The prompt desire of Toby Nankervis to embrace Tigers captain Trent Cotchin mere seconds after the final siren on Saturday happened to be the premiership ruckman's first step to checking reality.
More than 48 hours later since Richmond won its 12th VFL/AFL flag, the man that left North Launceston ahead of the start to its premiership dynasty has yet to take the next step over what actually transpired at the MCG.
"It still hasn't quite sunk in, I don't think," Nankervis told The Examiner.
"Just being able to share something so special with your teammates, your family and friends, is so amazing.
"In 2017, it was all a bit of a shock and we were just riding a big wave of emotion.
"This time we at least got the chance to soak this one in a little bit more, but it was still unbelievable."
Richmond never looked in danger by half-time to smash the GWS Giants by 89 points.
The Sydneysiders scored the opening goal before the Tigers nailed 11 in a row.
The result had been a fait accompli much earlier than the 2017 win amid keeping the Giants to the lowest score (3-7-25) in not only eight of their AFL seasons so far, but in grand finals since Collingwood's 14 points in 1960.
By the last of Richmond's 17 goals, it was also the club's greatest grand final victory that bettered the 1980 mark against Collingwood.
The historical trivia was lost on Nankervis on the day.
"When you're in the game, you kind of try not to let your mind slip too far ahead to things like that," he said.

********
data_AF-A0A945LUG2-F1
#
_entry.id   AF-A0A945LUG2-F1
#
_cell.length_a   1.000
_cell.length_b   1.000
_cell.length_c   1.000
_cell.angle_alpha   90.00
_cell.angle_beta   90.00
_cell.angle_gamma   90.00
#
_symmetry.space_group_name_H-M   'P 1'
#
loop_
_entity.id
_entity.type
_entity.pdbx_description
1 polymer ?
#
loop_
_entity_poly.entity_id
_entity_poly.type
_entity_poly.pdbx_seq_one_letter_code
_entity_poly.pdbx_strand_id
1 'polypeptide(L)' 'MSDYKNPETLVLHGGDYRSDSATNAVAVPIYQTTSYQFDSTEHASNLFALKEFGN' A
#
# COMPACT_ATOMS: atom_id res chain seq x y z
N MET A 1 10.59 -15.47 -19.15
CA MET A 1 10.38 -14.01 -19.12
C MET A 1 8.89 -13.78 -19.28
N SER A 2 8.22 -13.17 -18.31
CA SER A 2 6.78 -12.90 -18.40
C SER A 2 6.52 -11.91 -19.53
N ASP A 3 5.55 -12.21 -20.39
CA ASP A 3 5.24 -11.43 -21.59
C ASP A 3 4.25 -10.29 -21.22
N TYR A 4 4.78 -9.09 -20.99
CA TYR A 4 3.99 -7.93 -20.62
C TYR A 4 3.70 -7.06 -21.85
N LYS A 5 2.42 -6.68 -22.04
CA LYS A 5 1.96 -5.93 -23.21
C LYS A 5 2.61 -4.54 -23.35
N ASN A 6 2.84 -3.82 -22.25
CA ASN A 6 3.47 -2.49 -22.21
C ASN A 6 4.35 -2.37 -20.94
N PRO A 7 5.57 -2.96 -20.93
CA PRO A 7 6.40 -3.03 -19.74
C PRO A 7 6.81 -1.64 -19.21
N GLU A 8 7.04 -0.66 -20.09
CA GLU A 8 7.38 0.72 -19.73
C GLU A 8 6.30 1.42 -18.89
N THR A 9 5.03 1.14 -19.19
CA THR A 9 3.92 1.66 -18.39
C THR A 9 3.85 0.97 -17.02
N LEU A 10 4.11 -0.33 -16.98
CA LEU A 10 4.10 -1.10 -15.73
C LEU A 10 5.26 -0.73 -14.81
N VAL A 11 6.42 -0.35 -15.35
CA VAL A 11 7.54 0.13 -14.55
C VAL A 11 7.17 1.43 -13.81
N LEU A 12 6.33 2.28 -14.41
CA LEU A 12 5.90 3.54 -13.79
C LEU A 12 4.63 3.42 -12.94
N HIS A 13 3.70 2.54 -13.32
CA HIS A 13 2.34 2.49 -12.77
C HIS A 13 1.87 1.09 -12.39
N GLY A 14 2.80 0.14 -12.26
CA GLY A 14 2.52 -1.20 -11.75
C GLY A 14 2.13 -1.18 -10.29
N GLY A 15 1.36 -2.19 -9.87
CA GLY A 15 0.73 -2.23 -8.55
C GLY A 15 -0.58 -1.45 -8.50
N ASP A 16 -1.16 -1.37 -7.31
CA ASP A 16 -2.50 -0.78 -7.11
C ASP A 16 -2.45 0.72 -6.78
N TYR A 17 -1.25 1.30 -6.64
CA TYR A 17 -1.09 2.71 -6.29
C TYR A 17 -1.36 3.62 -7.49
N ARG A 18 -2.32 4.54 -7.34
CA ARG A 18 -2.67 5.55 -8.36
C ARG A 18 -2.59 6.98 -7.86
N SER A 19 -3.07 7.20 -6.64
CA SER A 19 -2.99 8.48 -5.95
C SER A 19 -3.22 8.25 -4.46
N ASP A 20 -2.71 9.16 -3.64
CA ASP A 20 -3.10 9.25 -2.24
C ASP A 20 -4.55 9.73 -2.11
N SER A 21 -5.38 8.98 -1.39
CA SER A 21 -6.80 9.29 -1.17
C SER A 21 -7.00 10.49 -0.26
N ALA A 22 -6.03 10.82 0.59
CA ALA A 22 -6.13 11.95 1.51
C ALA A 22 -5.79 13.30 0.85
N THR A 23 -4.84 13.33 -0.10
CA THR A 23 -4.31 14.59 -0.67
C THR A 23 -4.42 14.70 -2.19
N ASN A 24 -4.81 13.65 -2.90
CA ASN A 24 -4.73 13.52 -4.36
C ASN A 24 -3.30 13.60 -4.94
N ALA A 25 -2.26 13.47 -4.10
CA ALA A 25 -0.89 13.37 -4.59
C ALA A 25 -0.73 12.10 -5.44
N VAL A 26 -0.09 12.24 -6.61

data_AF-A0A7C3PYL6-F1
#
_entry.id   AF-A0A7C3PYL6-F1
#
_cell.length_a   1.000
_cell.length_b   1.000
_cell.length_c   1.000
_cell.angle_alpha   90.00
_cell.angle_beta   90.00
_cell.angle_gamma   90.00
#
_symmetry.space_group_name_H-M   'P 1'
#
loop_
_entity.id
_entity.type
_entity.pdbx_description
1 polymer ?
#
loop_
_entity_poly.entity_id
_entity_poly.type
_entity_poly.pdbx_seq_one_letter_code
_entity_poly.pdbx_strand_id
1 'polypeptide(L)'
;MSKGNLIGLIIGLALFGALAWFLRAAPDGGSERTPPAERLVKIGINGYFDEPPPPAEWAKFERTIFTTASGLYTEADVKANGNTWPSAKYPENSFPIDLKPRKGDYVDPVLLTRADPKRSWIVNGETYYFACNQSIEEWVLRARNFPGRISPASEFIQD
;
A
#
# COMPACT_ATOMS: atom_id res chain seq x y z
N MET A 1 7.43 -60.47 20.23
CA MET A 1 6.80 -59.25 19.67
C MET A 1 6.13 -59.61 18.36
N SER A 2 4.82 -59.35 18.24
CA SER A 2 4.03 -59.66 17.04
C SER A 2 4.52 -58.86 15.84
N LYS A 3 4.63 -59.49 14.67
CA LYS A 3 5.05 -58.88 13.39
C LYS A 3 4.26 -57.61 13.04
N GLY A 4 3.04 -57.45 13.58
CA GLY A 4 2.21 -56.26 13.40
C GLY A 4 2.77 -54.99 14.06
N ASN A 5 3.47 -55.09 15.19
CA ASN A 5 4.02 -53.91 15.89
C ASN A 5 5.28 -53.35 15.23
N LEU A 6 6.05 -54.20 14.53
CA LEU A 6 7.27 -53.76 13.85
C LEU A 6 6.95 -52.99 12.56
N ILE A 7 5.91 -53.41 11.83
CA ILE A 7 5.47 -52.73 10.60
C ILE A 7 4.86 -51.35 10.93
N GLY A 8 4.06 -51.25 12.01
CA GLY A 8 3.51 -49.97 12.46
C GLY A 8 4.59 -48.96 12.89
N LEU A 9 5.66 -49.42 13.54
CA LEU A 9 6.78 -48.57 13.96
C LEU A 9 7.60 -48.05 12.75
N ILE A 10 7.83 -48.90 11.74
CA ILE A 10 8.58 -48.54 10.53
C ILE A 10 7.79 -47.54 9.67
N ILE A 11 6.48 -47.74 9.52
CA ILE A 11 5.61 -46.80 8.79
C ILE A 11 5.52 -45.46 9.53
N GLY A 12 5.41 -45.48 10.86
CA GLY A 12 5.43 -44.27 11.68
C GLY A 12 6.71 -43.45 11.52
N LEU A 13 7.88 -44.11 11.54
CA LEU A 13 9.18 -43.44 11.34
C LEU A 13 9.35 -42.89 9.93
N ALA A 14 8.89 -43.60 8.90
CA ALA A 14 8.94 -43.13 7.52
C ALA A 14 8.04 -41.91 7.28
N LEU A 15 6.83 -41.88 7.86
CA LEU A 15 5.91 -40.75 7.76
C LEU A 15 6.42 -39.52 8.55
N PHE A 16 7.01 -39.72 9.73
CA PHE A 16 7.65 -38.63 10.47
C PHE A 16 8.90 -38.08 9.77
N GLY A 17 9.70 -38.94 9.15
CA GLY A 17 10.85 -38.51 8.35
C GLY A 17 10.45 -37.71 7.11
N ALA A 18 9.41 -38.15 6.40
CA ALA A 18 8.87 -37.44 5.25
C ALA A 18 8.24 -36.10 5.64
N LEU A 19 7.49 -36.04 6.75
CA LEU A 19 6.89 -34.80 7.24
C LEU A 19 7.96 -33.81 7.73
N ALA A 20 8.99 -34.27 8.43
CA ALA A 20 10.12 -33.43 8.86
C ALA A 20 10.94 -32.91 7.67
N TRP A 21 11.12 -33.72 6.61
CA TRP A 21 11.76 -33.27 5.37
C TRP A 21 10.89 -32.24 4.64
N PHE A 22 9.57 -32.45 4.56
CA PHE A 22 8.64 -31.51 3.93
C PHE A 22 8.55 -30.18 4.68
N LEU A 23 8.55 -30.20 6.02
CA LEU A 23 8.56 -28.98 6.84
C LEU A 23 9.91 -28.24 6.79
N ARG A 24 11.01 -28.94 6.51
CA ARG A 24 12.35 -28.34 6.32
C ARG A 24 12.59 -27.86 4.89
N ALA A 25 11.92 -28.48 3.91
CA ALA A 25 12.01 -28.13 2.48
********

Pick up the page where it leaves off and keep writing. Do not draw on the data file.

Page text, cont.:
"I went back onto the ground with some five or six minutes left and to just be able to soak that in was pretty special enough."
Richmond were struggling up to the side's midseason bye from a string of injuries.
Nankervis was also among the casualties, only turning out for nine home-and-away matches before returning in time for the finals series.
The 25-year-old had good reason to rate this season's premiership a shade better than of the groundbreaking triumph against Adelaide.
"I think every season is going to throw adversity at some stage," Nankervis said.
"I am so proud of how we came out the other side of it.
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"It's such a great group of people - not just the players, but coaches, staff, the whole footy club. I think it's such an amazing effort there from everyone involved."
The club had set a very ambitious ask just on a decade ago that had included signing up 75,000 members and winning three premierships by 2020, which the Tigers are well on their way of delivering the extraordinary feat.
Nankervis has been a huge part of that turnaround for the club that was often publicly mocked over its decline for more than three decades.
He was traded out of Sydney as its last-choice ruckman, only to take the reins at Punt Road since his arrival.
The George Town favourite, who is hoping to bring the premiership cup back to where he made his NTFA debut, went from 12 AFL games in the first three years at the Swans to 59 in the next three.
But the rival Nankervis replaced at Sydney - Shane Mumford - stood in his way.
The Tasmanian in part with Ivan Soldo clearly had the better of Mumford to finish with 17 disposals, five marks and 22 tap-outs.
Nankervis said after teaming up with Soldo for just the third time, the pair were forced to wing it in the centre.
"We really didn't go out of our way to plan, but I feel like we're building a very strong combination so far, working well together because our strengths are probably the complete opposite," he said.
"He's a bit taller, a bit more athletic while my strengths are probably around the contest and follow-up work.
"I think we complimented each other pretty well."
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